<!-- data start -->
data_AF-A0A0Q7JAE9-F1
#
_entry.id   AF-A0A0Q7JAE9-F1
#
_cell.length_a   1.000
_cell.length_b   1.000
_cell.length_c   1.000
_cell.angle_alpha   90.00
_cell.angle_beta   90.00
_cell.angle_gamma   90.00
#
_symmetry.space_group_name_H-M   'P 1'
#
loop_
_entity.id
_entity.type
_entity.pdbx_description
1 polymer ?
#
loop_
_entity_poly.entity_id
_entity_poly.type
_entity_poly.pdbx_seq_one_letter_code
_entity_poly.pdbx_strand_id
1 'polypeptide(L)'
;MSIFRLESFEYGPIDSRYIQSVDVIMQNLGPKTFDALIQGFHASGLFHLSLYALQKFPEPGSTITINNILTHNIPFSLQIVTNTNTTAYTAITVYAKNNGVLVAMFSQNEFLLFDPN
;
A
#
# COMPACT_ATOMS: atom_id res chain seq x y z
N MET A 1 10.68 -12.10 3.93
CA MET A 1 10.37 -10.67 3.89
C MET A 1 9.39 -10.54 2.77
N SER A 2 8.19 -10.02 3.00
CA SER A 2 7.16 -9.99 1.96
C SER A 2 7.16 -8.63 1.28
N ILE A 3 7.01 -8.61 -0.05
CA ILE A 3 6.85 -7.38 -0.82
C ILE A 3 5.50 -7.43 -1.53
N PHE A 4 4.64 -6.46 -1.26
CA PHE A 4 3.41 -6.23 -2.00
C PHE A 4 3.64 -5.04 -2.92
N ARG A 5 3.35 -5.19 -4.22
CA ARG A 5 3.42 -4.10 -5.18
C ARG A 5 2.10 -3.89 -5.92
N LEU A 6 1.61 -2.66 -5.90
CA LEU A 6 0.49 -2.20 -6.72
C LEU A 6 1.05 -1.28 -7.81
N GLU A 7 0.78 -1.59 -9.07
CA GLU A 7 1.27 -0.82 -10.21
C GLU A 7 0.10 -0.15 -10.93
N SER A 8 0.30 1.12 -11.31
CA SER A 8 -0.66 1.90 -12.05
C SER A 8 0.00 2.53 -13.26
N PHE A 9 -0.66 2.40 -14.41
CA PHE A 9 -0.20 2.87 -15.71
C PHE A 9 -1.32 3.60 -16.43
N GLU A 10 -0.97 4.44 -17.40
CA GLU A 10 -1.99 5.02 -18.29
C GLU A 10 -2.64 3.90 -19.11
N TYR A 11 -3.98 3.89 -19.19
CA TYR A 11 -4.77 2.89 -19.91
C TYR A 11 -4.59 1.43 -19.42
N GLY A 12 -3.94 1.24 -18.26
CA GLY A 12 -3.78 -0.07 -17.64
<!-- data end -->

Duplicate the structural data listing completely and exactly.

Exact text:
data_AF-A0A0Q7JAE9-F1
#
_entry.id   AF-A0A0Q7JAE9-F1
#
_cell.length_a   1.000
_cell.length_b   1.000
_cell.length_c   1.000
_cell.angle_alpha   90.00
_cell.angle_beta   90.00
_cell.angle_gamma   90.00
#
_symmetry.space_group_name_H-M   'P 1'
#
loop_
_entity.id
_entity.type
_entity.pdbx_description
1 polymer ?
#
loop_
_entity_poly.entity_id
_entity_poly.type
_entity_poly.pdbx_seq_one_letter_code
_entity_poly.pdbx_strand_id
1 'polypeptide(L)'
;MSIFRLESFEYGPIDSRYIQSVDVIMQNLGPKTFDALIQGFHASGLFHLSLYALQKFPEPGSTITINNILTHNIPFSLQIVTNTNTTAYTAITVYAKNNGVLVAMFSQNEFLLFDPN
;
A
#
# COMPACT_ATOMS: atom_id res chain seq x y z
N MET A 1 10.68 -12.10 3.93
CA MET A 1 10.37 -10.67 3.89
C MET A 1 9.39 -10.54 2.77
N SER A 2 8.19 -10.02 3.00
CA SER A 2 7.16 -9.99 1.96
C SER A 2 7.16 -8.63 1.28
N ILE A 3 7.01 -8.61 -0.05
CA ILE A 3 6.85 -7.38 -0.82
C ILE A 3 5.50 -7.43 -1.53
N PHE A 4 4.64 -6.46 -1.26
CA PHE A 4 3.41 -6.23 -2.00
C PHE A 4 3.64 -5.04 -2.92
N ARG A 5 3.35 -5.19 -4.22
CA ARG A 5 3.42 -4.10 -5.18
C ARG A 5 2.10 -3.89 -5.92
N LEU A 6 1.61 -2.66 -5.90
CA LEU A 6 0.49 -2.20 -6.72
C LEU A 6 1.05 -1.28 -7.81
N GLU A 7 0.78 -1.59 -9.07
CA GLU A 7 1.27 -0.82 -10.21
C GLU A 7 0.10 -0.15 -10.93
N SER A 8 0.30 1.12 -11.31
CA SER A 8 -0.66 1.90 -12.05
C SER A 8 0.00 2.53 -13.26
N PHE A 9 -0.66 2.40 -14.41
CA PHE A 9 -0.20 2.87 -15.71
C PHE A 9 -1.32 3.60 -16.43
N GLU A 10 -0.97 4.44 -17.40
CA GLU A 10 -1.99 5.02 -18.29
C GLU A 10 -2.64 3.90 -19.11
N TYR A 11 -3.98 3.89 -19.19
CA TYR A 11 -4.77 2.89 -19.91
C TYR A 11 -4.59 1.43 -19.42
N GLY A 12 -3.94 1.24 -18.26
CA GLY A 12 -3.78 -0.07 -17.64